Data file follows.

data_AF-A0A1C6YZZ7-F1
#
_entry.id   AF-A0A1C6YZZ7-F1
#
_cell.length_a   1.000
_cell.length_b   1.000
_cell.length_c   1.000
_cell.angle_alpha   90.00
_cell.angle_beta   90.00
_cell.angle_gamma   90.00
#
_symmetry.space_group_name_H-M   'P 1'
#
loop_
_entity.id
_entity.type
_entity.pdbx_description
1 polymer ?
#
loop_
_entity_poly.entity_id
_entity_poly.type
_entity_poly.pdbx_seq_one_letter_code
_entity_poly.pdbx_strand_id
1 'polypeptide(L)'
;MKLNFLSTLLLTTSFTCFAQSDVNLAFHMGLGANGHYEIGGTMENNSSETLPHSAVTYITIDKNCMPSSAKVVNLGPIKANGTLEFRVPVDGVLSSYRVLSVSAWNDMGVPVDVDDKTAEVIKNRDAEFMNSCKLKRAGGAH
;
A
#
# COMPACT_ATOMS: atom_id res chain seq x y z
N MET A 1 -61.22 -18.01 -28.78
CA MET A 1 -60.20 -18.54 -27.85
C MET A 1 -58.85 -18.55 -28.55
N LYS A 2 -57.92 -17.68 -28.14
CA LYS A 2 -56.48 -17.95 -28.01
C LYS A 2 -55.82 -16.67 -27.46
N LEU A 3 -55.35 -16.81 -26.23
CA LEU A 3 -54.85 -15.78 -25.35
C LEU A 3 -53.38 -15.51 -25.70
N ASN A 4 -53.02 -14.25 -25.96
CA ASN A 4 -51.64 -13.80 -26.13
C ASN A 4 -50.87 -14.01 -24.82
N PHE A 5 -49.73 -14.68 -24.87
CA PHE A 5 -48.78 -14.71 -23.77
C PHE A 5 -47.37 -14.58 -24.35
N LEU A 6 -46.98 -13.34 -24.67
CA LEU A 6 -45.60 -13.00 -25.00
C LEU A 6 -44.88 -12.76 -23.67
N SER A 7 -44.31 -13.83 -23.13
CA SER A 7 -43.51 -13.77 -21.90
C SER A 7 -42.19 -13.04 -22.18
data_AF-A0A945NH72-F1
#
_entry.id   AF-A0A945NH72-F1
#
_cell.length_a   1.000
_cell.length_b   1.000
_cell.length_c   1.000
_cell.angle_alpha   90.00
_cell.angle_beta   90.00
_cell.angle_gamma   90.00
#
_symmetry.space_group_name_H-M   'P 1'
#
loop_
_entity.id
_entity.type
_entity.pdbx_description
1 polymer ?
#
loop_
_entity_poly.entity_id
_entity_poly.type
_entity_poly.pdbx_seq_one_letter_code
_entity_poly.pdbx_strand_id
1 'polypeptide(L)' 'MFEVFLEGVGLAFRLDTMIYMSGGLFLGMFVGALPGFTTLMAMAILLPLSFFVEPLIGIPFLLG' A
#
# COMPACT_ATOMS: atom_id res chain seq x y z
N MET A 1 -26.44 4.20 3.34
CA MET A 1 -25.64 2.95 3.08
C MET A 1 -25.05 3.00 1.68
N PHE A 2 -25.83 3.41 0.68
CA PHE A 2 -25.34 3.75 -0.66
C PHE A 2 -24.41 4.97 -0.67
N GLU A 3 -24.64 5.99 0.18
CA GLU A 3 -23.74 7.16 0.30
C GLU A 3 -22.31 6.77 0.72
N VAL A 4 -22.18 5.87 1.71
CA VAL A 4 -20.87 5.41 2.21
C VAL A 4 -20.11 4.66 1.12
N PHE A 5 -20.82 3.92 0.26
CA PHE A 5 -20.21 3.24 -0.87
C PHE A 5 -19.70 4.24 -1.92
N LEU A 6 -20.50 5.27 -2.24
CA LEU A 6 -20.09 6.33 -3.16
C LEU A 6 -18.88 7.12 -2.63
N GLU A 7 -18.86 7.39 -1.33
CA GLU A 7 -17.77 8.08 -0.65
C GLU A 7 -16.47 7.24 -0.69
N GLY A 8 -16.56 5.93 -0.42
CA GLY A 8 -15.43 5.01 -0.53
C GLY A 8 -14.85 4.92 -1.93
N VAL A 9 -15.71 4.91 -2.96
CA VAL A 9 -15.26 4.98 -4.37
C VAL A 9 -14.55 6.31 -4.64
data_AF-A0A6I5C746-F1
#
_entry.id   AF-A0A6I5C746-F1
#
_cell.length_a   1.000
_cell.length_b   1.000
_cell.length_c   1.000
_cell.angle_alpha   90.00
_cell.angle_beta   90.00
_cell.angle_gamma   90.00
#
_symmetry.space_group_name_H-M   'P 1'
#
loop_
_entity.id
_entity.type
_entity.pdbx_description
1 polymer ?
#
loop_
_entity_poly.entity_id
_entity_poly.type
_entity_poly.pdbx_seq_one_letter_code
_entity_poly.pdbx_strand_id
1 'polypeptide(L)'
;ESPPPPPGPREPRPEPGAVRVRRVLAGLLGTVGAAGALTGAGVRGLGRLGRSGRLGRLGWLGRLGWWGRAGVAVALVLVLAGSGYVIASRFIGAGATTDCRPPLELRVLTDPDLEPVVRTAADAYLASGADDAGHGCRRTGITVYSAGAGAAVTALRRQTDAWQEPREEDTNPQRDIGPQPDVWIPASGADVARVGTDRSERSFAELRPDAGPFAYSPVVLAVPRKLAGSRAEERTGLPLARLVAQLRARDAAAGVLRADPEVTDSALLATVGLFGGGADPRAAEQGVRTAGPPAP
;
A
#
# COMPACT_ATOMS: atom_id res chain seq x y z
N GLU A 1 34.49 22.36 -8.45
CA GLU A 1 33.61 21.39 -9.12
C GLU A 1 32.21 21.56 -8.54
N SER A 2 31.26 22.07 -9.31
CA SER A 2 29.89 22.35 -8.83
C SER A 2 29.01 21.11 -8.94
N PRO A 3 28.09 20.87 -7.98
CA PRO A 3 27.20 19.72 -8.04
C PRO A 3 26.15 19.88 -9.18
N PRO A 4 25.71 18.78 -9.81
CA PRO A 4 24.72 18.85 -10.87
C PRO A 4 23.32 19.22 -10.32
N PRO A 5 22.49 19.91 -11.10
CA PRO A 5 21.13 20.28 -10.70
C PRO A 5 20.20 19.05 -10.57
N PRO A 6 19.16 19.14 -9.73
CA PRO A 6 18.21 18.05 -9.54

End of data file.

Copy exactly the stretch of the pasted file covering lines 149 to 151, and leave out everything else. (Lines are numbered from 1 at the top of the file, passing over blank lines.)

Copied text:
CA PRO A 5 21.13 20.28 -10.70
C PRO A 5 20.20 19.05 -10.57
N PRO A 6 19.16 19.14 -9.73